Human Cloning Essay, Research Paper
-= CLONING HUMANS =-
What is cloning? Cloning is the production of one or more individual plants or animals that are genetically identical to another plant or animal. Simply stated, a clone is a duplicate– much like a photocopy is a duplicate, or copy, of a document. A good example of such “copies” that occur in nature are identical twins, which are duplicates of each other. Many ethical and moral issues have caused debate as to whether or not scientists should study and explore this new technological discovery. President Clinton banned human cloning because it did not coincide with his personalized test. The test showed that this new breakthrough is not safe. President Clinton’s test shows that all new technology should: (a) “Make life better for all citizens rather than just a chosen few”, (b) “Their application should not interfere with basic principles of equal treatment and equality before the law”, (c) “They should not help break down the privacy and autonomy of the individual citizen”, and (d) “they should not be treated as if scientific answers alone could trump deeper convictions about what is valuable in life.”
The first point President Clinton makes suggests that this new technology should be available for all social and economic classes in America. The costs of most breakthroughs in technology or medicine are so unimaginably high that only the elite can take advantage that technological breakthrough. Consequently, the lower economic classes of people cannot take advantage of that new technology. This completely contradicts President Clinton’s first point because the new technological advancement would only change the lives of a chosen few. If this holds true, than this would be a barrier between the economic classes in America. Therefore, inequality becomes an issue.
The second issue that President Clinton addresses is the basic principle of, “equal treatment and equality before the law” for all citizens. If all citizens do not have the financial opportunity to clone themselves, it will affect the balance of equality among our society because only a certain number of people can clone themselves. A question that arises is, “Will the clone of a human being have the same rights as the human?” If the clone would have the same rights, then equality is preserved. However, if the clone is given fewer opportunities than the human, or if the clone is looked down upon, then an injustice has been given to the clone and equality is unbalanced. Another factor affecting the rights of individuals is that the person has the right to accept or to decline the right to making a clone of themselves. For example, if we had 100 Michael Jackson’s, than his music would depreciate, and the original Michael Jackson would lose a great deal of money because there is no longer a need for him. This directly affects his privacy and his place in society.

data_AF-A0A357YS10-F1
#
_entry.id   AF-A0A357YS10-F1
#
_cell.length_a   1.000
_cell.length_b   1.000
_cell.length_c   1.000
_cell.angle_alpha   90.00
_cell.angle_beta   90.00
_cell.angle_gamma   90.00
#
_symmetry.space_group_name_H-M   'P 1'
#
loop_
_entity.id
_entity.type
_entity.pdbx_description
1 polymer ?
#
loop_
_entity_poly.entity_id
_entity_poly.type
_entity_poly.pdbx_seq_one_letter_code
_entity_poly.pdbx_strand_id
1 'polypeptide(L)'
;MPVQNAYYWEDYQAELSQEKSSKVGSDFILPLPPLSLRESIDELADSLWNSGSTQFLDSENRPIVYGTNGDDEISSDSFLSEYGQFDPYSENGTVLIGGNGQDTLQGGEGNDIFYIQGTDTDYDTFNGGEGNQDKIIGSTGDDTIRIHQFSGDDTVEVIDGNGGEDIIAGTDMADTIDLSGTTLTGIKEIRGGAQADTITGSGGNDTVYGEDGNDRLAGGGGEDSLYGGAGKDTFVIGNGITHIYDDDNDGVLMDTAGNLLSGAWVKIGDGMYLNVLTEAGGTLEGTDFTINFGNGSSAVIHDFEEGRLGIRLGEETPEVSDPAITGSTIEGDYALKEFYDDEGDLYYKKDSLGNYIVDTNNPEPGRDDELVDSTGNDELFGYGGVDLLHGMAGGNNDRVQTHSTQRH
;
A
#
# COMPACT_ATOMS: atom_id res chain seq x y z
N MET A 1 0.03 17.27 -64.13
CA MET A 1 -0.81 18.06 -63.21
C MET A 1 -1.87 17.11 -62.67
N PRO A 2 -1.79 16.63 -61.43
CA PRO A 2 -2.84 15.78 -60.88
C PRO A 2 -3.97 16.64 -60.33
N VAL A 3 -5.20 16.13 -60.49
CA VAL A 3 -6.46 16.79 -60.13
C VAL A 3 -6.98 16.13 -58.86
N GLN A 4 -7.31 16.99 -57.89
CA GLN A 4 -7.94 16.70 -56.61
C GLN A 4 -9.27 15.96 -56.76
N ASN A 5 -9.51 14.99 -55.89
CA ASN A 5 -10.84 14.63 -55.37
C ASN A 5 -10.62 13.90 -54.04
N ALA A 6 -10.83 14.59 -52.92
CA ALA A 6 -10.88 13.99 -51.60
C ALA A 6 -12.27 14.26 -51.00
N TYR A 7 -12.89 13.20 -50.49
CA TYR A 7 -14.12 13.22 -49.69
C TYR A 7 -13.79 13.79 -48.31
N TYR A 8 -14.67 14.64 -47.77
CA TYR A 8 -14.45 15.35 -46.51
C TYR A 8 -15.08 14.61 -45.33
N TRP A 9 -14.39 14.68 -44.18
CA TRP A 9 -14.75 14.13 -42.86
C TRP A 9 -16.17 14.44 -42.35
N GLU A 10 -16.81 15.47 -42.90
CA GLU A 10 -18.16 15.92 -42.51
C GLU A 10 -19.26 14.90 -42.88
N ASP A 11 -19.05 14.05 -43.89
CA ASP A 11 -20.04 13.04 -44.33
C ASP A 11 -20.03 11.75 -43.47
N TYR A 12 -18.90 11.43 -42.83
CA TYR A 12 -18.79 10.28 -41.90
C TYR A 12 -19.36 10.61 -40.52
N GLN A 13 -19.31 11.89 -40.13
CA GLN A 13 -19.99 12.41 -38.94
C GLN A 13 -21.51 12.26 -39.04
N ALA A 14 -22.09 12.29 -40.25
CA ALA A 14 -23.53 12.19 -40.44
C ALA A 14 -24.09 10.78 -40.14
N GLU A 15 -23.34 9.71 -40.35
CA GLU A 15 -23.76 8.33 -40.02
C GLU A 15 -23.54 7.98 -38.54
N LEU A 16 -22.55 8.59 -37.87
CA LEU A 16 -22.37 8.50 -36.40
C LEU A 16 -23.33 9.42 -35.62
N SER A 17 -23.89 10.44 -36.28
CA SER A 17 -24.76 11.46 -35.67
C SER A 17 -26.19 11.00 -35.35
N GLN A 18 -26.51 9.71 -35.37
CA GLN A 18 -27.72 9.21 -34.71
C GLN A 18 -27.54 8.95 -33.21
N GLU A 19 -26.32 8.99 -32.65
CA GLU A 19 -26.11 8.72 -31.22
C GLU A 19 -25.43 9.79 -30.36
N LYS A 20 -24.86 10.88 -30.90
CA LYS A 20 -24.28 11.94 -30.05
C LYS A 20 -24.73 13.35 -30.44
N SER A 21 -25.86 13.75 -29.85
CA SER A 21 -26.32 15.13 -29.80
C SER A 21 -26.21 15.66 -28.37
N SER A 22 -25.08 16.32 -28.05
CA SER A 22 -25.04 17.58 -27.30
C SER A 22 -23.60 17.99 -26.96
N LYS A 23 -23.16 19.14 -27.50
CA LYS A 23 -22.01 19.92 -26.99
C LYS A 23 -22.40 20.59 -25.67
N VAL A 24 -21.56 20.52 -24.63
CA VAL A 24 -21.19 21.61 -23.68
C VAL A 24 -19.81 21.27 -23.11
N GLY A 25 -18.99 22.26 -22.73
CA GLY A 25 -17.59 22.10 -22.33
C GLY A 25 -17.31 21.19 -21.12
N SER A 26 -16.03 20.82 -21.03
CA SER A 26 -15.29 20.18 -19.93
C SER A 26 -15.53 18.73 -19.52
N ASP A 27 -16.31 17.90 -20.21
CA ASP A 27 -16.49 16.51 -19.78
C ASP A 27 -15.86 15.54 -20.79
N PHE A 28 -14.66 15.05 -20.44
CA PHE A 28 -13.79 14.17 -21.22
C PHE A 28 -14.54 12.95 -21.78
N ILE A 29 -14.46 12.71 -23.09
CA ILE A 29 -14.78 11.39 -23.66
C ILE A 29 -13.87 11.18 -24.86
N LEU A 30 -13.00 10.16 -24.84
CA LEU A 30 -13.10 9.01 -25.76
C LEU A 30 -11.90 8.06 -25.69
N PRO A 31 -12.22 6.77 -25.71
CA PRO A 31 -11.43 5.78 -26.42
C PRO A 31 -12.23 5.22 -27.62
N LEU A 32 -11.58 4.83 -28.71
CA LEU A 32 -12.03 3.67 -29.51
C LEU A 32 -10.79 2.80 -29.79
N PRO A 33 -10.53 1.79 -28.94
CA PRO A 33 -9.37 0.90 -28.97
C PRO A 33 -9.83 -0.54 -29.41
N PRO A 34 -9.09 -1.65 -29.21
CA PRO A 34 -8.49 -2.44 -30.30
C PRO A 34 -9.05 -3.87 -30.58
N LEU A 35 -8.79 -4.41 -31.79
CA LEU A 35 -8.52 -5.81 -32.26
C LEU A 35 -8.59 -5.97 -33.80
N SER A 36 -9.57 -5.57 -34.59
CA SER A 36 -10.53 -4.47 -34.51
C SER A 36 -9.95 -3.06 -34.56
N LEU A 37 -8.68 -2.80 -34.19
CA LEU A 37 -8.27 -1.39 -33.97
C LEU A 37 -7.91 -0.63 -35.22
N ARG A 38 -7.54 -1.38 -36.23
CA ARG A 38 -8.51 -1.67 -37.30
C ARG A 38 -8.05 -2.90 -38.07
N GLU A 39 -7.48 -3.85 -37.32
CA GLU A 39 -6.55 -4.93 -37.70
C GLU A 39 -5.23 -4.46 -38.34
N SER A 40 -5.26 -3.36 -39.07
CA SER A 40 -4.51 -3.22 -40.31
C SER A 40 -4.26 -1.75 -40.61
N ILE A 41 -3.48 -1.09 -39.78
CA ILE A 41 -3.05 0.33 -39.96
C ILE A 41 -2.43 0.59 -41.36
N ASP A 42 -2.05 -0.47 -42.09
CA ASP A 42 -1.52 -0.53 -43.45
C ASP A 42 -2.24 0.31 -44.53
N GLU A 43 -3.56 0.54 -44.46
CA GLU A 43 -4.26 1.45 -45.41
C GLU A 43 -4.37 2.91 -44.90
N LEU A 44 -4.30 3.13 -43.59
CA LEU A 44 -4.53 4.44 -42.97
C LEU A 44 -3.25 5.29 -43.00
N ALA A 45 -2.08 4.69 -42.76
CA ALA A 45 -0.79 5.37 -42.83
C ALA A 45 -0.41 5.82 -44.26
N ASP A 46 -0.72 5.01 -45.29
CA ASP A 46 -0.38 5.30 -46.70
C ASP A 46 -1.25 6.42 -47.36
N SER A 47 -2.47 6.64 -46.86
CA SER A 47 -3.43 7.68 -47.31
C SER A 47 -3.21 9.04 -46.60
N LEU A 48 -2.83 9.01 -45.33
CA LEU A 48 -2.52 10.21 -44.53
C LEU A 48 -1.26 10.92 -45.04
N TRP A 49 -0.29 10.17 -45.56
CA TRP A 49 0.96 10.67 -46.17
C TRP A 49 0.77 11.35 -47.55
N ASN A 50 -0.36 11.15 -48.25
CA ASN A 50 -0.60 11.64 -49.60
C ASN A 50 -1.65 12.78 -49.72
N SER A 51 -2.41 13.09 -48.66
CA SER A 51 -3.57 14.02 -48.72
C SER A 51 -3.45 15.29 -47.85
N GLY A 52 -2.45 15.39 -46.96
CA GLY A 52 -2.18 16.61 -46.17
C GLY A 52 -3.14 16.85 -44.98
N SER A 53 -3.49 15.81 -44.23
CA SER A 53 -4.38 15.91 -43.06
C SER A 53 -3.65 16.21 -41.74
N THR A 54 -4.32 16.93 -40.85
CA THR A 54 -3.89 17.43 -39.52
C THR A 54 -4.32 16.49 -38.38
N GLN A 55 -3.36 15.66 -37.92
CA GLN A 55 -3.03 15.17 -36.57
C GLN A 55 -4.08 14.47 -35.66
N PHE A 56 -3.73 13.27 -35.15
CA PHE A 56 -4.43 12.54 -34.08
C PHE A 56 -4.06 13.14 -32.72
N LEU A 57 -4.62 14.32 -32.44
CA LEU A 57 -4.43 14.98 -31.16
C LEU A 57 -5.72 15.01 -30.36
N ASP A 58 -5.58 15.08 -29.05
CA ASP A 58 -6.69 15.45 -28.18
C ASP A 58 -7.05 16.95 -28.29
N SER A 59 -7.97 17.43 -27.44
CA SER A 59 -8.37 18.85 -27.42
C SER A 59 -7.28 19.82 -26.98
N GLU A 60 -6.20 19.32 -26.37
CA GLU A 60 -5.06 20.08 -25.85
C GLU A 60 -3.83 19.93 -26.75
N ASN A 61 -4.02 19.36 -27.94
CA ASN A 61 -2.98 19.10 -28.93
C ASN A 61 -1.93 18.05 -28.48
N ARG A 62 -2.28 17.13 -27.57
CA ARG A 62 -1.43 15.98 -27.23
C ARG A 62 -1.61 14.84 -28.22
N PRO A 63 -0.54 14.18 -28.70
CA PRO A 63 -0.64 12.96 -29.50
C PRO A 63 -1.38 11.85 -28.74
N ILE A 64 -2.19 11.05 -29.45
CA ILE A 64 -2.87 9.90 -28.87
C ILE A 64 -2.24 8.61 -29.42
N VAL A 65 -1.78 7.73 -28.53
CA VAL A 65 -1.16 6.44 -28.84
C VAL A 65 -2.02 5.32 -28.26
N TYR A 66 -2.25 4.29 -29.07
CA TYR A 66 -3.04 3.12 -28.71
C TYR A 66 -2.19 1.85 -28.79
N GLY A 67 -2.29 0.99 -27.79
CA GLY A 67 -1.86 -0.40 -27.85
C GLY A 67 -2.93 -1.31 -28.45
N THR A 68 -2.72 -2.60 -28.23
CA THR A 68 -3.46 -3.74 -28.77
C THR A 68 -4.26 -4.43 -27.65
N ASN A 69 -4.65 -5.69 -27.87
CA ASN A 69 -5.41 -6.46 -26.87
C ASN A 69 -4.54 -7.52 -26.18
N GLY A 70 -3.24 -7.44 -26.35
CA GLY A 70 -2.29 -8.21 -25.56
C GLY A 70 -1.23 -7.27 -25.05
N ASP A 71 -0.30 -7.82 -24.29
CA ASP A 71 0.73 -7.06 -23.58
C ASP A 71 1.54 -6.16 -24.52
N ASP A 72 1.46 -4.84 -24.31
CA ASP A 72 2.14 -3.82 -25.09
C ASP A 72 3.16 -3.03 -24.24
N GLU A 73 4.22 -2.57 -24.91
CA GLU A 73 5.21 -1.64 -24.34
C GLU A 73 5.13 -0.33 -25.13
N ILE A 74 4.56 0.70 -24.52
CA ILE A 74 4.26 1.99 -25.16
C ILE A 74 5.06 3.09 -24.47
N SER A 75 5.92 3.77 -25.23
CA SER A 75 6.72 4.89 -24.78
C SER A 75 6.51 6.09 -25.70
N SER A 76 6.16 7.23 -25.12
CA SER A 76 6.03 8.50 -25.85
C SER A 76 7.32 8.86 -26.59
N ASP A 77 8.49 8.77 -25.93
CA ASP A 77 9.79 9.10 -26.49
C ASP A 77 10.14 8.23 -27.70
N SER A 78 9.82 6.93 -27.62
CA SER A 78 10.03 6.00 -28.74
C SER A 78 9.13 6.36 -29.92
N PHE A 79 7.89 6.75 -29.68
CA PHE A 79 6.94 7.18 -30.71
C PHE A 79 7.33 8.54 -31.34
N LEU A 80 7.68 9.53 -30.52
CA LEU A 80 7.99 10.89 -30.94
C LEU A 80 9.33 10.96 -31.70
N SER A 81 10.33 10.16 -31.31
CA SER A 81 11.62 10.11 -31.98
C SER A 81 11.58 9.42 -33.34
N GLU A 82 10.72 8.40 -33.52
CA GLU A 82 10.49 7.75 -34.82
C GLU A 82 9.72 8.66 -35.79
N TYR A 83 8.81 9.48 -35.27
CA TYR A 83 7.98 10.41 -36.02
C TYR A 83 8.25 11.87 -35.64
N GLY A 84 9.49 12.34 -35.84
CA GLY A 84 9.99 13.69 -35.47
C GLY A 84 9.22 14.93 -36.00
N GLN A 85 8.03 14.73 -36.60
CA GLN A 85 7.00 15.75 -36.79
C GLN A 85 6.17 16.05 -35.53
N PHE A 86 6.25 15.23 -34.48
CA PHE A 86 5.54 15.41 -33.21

The third part of the test states that the “privacy and autonomy” of any citizen should not be infringed in any way. An important question that should be asked is, “What would happen to the subject who is being cloned?” Another interesting question would be, “Would the subject’s life be altered in any fashion because of the clones?” In any country or economy, one can witness what happens when there is a great supply of a product and less need for it. When there are 100 Michael Jackson’s out there, there will be a greater “supply” of Michael Jackson, yet the need will not be as great. Also, Michael Jackson’s salary will become lower as he tries to compete against his clones for jobs that he would have if his clones were not present. This forces Michael Jackson to either lower his prices, or simply retire. However, I am not saying all of the 100 Michael Jackson’s will be as good as the original. If they work as hard as Michael did, and if they take advantage of the same opportunities, then the clones should be at the same level as Michael Jackson. This clearly shows that Michael Jackson’s rights were not preserved because the clones affected his privacy and autonomy.
The fourth and final part of Clinton’s test suggests that science alone should not decide what is right from what is wrong. I don’t understand how this could apply to any new technology when it is not the technology that distinguishes right from wrong, it is the people who are in charge of those machines that decide the outcome of the experiment. If President Clinton is inferring that the law should be in charge of the outcome of this new technology, then one must raise the question, “What is right and what is wrong, and who decides what is right or wrong?” This question cannot be answered because there is no answer that everyone can agree on. This country is so diverse that if any issue is raised, everyone can take a different, yet valid, point of view on that particular issue.
I believe this Clinton test is a safe test that can protect the rights of all citizens and can also make room for growth and advancement in America. I strongly believe that if all technological advancements could be tested through this method, we would have more machines that are useful rather than destructive. However, as one can surely see, the issue of human cloning did not pass the Clinton test and it was not made legal by President Clinton. I also agree with the President, in that society does not need anymore social barriers than it already has, and cloning would indoubtably add to the social barriers by allowing only a few to be able to be cloned.